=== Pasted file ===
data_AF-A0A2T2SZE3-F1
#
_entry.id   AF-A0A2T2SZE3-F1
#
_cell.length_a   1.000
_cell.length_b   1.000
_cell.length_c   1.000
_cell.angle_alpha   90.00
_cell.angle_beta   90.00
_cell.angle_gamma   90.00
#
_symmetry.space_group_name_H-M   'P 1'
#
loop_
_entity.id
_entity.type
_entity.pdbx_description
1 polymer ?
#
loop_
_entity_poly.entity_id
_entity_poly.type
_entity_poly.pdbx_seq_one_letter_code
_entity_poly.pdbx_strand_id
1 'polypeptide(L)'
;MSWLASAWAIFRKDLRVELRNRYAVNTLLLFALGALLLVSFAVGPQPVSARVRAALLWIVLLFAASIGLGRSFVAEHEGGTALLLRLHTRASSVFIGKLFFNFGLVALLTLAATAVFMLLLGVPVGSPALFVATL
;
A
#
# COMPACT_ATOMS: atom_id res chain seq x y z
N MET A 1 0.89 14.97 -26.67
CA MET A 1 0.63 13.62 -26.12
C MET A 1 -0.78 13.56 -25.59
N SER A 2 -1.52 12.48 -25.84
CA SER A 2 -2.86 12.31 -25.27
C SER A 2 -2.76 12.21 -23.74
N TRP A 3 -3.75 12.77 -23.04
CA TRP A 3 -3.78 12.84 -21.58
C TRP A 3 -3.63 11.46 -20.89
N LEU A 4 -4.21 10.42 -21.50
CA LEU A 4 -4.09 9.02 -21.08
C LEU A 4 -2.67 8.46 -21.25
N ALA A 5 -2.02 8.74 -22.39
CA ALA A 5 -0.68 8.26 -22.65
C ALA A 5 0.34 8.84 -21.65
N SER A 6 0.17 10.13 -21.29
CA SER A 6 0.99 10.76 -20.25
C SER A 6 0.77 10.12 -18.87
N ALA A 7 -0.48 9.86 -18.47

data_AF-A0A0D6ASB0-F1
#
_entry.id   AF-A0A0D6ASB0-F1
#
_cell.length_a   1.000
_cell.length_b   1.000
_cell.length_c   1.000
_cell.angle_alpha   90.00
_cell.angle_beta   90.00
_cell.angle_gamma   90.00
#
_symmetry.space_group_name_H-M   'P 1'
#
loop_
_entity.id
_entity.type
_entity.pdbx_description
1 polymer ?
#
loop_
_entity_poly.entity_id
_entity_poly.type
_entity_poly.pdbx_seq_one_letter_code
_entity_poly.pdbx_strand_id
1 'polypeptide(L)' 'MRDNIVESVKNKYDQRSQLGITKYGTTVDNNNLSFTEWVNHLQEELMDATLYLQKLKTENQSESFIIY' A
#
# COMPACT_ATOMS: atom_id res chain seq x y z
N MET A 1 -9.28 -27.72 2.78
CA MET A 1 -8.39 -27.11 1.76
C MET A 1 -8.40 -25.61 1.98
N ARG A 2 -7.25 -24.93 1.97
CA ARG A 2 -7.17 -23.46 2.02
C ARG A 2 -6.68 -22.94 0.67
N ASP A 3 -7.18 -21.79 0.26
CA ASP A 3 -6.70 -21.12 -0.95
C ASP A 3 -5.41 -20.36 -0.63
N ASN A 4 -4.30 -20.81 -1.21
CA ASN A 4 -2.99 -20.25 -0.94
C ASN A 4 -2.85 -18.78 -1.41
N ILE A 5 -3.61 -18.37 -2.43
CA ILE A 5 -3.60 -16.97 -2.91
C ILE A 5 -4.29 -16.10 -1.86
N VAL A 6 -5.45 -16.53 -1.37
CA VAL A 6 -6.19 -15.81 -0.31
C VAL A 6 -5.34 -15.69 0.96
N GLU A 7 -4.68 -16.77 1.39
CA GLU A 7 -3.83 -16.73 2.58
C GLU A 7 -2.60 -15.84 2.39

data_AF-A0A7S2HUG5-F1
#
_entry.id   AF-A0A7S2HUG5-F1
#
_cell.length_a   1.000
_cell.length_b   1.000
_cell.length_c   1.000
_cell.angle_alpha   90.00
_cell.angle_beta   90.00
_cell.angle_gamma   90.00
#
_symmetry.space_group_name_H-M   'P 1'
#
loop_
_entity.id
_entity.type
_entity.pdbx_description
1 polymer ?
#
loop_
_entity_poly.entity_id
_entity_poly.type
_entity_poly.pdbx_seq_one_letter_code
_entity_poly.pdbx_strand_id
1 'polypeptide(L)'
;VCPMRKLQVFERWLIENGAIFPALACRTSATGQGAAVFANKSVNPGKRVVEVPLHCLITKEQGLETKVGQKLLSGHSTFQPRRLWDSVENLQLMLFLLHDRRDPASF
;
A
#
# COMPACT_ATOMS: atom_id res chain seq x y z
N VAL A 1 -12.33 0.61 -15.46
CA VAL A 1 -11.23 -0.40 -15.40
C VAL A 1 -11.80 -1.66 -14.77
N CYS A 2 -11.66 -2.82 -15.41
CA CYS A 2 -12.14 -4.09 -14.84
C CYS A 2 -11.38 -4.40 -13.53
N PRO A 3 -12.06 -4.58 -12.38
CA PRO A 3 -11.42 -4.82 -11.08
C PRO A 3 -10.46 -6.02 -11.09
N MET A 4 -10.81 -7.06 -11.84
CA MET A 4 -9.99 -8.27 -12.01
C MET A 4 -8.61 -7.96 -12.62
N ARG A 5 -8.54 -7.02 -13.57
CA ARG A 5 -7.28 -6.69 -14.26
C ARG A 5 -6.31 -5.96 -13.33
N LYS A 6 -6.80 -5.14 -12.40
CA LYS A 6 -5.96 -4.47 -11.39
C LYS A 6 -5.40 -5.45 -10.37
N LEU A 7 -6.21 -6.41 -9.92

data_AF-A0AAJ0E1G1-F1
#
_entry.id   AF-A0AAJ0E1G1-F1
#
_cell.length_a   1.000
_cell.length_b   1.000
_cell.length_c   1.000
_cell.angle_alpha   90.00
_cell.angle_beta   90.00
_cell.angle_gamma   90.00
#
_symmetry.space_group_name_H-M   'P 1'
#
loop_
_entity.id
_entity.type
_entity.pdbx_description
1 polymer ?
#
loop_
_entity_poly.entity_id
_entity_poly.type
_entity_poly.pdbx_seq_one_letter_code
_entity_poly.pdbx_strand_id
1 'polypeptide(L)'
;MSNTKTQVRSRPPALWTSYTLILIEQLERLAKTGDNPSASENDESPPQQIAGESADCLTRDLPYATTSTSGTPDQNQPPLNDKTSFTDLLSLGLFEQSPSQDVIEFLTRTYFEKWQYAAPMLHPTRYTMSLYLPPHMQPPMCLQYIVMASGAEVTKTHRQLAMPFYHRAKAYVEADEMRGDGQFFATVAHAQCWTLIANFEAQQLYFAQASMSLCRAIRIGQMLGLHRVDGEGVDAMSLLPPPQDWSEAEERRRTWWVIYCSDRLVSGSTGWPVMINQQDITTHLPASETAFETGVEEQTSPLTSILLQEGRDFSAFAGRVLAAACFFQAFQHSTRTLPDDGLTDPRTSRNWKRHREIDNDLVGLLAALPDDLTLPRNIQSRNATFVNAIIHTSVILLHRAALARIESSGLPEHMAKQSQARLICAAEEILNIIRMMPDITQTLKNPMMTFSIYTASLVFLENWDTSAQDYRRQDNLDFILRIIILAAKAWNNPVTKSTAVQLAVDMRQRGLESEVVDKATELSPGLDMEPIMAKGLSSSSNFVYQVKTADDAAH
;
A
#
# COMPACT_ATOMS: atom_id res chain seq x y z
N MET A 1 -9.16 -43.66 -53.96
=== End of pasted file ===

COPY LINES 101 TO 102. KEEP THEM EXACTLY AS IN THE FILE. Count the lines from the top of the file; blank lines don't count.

#
_cell.length_a   1.000